Responding to the Challenge of Boko Haram - to the Challenge of Boko Haram November 2014 ... murders...

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  • Europe: A most strategic mission field


    The Millennials: How to engage them in missional giving


    Responding to the Challenge of Boko Haram

    November 2014Volume 3 / Issue 6

    The Path to Confuciuss Ideal: Presenting Jesus to cultural Chinese


    Page 4

  • I S S U E O V E R V I E W

    Welcome to the November issue of Lausanne Global Analysis.

    Whether you are planning to read the full articles or just the executive summaries, we hope that you find this issue stimulating and useful. Our aim is to deliver strategic and credible analysis, information, and insight so that

    as an influencer you will be better equipped for global mission.

    Its our desire that the analysis of current and future trends and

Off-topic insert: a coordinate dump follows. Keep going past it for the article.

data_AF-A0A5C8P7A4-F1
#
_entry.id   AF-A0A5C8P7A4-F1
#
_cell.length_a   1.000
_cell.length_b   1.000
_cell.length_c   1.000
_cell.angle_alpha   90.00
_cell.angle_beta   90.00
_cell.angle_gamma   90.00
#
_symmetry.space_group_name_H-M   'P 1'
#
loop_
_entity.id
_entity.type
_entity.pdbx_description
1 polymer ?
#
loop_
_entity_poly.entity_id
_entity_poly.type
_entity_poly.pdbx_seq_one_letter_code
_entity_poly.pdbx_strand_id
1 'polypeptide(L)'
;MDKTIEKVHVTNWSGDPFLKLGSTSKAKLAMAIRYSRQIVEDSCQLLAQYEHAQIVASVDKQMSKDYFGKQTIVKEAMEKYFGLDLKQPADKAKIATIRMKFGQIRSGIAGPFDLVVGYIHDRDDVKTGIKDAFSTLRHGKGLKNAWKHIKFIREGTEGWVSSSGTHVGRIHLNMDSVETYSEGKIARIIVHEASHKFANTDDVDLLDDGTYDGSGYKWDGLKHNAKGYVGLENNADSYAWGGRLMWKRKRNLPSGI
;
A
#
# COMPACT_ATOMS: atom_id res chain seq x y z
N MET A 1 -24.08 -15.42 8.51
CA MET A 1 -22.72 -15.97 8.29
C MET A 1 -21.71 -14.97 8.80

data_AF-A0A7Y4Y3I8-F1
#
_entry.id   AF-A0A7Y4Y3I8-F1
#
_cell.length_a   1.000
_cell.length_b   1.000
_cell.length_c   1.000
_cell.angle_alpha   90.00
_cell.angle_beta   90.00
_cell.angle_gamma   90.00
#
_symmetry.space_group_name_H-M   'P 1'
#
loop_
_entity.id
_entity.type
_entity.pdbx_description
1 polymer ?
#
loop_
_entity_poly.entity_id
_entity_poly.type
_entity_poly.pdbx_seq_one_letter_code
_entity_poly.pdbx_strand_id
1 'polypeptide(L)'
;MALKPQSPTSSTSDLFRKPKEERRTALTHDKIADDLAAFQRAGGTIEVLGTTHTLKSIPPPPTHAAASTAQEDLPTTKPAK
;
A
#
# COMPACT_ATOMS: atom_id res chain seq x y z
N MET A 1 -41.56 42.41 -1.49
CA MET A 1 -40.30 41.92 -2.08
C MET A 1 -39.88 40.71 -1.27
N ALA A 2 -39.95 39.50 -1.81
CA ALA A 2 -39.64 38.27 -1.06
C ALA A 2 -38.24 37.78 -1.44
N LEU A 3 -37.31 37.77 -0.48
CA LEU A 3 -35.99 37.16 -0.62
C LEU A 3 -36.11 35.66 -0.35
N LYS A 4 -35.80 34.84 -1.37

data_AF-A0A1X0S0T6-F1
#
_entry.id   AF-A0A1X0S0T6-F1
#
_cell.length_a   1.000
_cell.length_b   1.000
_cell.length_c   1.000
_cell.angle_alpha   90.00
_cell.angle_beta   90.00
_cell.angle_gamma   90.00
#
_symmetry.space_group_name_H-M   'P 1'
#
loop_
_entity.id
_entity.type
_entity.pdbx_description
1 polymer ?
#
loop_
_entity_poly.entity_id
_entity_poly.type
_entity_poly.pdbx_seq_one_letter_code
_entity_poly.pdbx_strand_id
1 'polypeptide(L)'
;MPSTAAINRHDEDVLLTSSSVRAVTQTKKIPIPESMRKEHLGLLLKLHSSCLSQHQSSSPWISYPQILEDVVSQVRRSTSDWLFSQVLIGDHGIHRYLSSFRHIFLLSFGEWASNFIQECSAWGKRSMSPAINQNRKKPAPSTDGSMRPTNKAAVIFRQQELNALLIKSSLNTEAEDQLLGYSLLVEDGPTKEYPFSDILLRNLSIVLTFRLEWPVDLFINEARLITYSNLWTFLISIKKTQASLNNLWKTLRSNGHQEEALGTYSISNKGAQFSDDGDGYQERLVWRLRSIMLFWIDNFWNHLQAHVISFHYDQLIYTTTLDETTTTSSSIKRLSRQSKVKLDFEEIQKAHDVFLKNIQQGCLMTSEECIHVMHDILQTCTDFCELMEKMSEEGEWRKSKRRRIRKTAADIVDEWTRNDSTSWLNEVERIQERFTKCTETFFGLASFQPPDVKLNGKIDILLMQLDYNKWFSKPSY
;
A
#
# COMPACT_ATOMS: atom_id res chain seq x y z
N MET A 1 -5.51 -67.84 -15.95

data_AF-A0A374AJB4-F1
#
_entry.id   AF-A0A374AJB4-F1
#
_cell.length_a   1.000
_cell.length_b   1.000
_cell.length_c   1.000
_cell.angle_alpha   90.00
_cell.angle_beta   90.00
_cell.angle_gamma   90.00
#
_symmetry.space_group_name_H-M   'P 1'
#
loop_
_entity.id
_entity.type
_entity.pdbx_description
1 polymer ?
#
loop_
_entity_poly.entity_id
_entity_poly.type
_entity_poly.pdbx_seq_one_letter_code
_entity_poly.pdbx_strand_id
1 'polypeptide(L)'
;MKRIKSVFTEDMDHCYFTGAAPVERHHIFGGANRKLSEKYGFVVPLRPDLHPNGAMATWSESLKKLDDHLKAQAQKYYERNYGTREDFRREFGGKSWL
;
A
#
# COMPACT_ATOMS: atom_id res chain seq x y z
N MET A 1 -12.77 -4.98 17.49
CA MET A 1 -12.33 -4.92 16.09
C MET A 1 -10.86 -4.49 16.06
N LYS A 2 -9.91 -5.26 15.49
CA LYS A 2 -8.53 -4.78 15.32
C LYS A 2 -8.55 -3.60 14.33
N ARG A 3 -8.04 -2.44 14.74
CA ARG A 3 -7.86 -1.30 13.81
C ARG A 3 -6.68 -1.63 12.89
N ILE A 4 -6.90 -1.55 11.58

developments will help you and your team make better decisions

    about the stewardship of all that God has entrusted to your care.

    I hope you enjoy the new look and feel of the LGA rolled out in the September issue. We

    look forward to your feedback on it.

    In this issue we address how we can respond to the challenge posed by the Nigerian

    militant group Boko Haram. We highlight Europe as a strategic mission field. We continue

    our series of articles on Christian engagement with people of other faiths by looking at

    Confucianism and how we can present the gospel to cultural Chinese. And we consider how

    to engage the key US Millennials generation in mission.

    Boko Harams ideology has four main features, writes John Azumah (Lausanne Senior

    Associate for Islam and Associate Professor of World Christianity and Islam at Columbia

    Theological Seminary, Georgia, USA): opposition to aspects of Western education; opposition

    to the modern secular state of Nigeria; the desire to establish an Islamic caliphate; and the use

    of violence to achieve their goals. However, stereotyping Muslims and problematising Islam

    will only alienate Muslims and create an us versus them situation, which is exactly what the

    jihadists preach and are seeking to achieve, he suggests. Instead we should collaborate with

    local and international ecumenical and interfaith groups to build bridges across communities,

    and offer resources for pastoral care and counselling, as well as share deeper theological